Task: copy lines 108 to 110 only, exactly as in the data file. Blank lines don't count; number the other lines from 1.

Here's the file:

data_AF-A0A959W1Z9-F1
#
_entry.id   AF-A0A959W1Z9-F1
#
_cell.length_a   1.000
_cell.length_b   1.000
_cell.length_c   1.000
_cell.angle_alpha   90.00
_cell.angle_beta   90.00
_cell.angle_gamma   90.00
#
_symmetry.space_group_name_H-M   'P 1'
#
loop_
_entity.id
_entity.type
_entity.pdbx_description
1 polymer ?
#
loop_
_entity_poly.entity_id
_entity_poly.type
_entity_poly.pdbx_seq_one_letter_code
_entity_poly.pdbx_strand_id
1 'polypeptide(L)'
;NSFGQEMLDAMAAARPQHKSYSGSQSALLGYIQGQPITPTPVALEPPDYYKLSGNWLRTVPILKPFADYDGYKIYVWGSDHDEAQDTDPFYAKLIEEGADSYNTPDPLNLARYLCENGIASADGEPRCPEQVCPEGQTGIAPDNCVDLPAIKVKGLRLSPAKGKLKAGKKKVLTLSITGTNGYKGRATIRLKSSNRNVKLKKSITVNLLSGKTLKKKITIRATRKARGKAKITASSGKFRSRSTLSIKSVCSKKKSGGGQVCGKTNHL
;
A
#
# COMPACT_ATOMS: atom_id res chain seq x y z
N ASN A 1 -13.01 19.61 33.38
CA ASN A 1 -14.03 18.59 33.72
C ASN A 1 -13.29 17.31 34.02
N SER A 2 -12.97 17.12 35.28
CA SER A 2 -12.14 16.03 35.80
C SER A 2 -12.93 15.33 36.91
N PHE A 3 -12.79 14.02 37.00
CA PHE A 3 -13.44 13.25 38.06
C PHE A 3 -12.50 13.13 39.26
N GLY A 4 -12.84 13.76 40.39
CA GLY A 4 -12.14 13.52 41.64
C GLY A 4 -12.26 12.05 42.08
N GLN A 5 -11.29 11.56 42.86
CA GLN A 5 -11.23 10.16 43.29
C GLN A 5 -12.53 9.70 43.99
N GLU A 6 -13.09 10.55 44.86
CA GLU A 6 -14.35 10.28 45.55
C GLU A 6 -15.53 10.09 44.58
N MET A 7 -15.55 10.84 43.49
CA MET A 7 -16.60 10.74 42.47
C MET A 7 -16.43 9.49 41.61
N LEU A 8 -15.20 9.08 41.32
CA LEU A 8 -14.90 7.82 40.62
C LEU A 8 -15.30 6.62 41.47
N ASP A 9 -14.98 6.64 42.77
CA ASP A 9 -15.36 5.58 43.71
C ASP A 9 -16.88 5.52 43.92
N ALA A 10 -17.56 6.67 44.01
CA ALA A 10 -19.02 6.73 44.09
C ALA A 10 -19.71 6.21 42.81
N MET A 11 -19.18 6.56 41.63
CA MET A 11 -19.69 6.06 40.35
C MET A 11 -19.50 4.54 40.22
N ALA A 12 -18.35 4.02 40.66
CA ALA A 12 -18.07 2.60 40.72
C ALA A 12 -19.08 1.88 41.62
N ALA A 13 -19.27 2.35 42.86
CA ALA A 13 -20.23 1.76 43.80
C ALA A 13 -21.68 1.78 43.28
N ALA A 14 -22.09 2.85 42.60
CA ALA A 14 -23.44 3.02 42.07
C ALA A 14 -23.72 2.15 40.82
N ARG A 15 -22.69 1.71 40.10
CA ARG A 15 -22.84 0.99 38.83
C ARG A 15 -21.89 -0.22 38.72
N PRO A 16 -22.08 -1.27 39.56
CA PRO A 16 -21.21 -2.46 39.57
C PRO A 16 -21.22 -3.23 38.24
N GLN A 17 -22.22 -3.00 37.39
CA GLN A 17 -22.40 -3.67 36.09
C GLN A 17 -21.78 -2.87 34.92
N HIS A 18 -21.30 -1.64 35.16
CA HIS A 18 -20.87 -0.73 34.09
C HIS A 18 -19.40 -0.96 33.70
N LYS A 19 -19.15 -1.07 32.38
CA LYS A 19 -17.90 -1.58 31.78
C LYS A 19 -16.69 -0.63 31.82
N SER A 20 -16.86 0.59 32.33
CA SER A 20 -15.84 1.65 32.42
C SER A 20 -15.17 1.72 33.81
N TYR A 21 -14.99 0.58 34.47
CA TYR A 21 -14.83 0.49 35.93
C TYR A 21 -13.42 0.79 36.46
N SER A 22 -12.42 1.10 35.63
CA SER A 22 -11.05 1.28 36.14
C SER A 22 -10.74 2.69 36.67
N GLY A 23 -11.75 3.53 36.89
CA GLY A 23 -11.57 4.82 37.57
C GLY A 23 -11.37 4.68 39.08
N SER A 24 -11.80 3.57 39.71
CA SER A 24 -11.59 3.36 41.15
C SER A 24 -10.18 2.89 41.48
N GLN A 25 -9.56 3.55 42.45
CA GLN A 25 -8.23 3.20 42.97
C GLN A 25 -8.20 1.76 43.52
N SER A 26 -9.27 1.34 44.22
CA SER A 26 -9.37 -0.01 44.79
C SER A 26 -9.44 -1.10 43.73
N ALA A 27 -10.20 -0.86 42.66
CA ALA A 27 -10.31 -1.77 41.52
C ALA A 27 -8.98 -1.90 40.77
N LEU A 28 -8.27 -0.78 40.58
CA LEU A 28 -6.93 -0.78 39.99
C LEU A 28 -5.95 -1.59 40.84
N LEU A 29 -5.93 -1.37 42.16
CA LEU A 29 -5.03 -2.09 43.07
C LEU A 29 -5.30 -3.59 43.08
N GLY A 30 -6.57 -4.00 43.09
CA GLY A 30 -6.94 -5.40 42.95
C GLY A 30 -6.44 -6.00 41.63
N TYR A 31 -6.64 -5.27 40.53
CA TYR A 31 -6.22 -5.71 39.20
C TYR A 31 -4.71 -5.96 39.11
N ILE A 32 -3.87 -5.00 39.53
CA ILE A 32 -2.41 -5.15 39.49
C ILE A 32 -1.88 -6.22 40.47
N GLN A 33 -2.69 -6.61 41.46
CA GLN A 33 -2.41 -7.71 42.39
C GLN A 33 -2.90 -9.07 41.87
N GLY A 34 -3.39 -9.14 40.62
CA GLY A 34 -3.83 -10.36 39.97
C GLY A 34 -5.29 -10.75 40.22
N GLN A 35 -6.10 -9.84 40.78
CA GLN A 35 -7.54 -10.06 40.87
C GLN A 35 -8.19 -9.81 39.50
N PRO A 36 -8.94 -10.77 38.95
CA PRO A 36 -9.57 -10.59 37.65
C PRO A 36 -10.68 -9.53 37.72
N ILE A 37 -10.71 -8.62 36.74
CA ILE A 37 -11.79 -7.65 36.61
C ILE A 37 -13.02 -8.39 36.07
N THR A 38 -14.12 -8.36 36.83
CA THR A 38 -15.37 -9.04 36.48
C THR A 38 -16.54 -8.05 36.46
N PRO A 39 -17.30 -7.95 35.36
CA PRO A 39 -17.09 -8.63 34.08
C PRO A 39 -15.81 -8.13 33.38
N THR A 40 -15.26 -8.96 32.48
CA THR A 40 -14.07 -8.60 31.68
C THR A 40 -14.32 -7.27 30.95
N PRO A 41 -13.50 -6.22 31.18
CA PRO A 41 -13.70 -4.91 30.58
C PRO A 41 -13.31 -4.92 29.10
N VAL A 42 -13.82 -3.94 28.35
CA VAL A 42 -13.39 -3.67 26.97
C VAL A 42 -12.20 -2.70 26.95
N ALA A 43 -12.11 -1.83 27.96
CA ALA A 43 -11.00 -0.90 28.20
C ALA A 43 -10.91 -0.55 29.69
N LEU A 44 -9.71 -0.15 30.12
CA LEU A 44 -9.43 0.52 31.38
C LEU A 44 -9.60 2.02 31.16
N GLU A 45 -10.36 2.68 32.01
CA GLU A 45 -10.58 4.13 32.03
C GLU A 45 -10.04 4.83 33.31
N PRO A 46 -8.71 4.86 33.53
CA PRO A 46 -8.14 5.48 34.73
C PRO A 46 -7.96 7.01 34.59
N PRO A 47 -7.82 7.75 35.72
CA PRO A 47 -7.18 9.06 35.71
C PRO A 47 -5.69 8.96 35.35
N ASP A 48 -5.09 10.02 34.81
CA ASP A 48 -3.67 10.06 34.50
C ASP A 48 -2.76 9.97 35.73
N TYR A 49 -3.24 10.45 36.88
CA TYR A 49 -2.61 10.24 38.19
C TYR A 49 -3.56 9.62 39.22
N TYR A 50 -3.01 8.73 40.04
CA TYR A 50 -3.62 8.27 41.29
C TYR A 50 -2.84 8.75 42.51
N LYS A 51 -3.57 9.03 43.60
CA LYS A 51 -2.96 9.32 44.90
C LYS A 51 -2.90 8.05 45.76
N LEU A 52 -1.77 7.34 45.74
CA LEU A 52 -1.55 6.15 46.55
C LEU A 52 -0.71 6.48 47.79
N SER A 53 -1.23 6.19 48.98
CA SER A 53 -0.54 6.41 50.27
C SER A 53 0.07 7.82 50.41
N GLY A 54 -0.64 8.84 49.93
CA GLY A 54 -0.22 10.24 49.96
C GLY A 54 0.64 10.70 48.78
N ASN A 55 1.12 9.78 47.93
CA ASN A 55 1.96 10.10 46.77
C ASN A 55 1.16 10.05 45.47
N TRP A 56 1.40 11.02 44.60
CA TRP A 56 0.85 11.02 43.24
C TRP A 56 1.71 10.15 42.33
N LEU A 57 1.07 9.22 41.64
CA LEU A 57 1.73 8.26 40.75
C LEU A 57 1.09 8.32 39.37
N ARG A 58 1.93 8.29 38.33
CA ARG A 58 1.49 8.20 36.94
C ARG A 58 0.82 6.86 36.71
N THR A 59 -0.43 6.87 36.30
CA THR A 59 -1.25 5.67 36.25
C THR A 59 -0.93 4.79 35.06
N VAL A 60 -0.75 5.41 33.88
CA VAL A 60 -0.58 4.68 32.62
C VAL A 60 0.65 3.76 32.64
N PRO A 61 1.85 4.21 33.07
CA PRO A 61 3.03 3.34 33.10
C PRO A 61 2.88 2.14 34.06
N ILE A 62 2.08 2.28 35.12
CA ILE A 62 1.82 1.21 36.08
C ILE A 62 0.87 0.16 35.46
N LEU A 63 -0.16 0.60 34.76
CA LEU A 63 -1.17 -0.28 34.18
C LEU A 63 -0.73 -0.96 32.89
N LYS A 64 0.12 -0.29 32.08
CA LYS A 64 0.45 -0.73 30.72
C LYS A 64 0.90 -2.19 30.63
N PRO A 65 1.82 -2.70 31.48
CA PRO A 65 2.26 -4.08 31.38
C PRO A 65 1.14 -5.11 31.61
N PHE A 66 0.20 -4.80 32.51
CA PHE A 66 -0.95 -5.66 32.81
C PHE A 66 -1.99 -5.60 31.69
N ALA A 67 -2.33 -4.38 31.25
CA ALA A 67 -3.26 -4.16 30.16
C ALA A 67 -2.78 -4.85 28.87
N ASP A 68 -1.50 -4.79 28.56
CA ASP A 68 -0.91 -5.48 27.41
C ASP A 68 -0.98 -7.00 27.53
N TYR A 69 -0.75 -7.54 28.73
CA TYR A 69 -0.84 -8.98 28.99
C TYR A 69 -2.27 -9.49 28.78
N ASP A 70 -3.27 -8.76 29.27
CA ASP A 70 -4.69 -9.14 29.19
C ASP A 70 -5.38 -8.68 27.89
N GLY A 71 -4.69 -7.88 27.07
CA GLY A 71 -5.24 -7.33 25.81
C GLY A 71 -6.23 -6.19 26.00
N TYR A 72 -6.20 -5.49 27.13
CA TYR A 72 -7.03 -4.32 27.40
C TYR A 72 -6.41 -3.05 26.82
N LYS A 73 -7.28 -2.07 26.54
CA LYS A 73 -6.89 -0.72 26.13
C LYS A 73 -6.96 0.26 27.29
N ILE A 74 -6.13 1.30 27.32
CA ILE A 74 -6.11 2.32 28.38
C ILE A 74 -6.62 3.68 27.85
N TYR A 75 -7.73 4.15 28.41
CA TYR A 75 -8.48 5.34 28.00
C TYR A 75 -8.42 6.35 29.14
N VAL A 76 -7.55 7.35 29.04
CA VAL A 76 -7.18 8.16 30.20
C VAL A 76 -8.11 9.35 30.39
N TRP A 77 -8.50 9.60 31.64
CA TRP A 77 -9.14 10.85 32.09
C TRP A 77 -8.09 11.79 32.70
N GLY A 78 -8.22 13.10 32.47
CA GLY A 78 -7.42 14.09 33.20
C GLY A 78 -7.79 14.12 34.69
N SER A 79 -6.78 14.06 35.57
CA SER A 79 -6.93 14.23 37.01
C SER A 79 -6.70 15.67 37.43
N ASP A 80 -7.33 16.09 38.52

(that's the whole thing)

C SER A 26 -9.44 -1.10 43.73
N ALA A 27 -10.20 -0.86 42.66
CA ALA A 27 -10.31 -1.77 41.52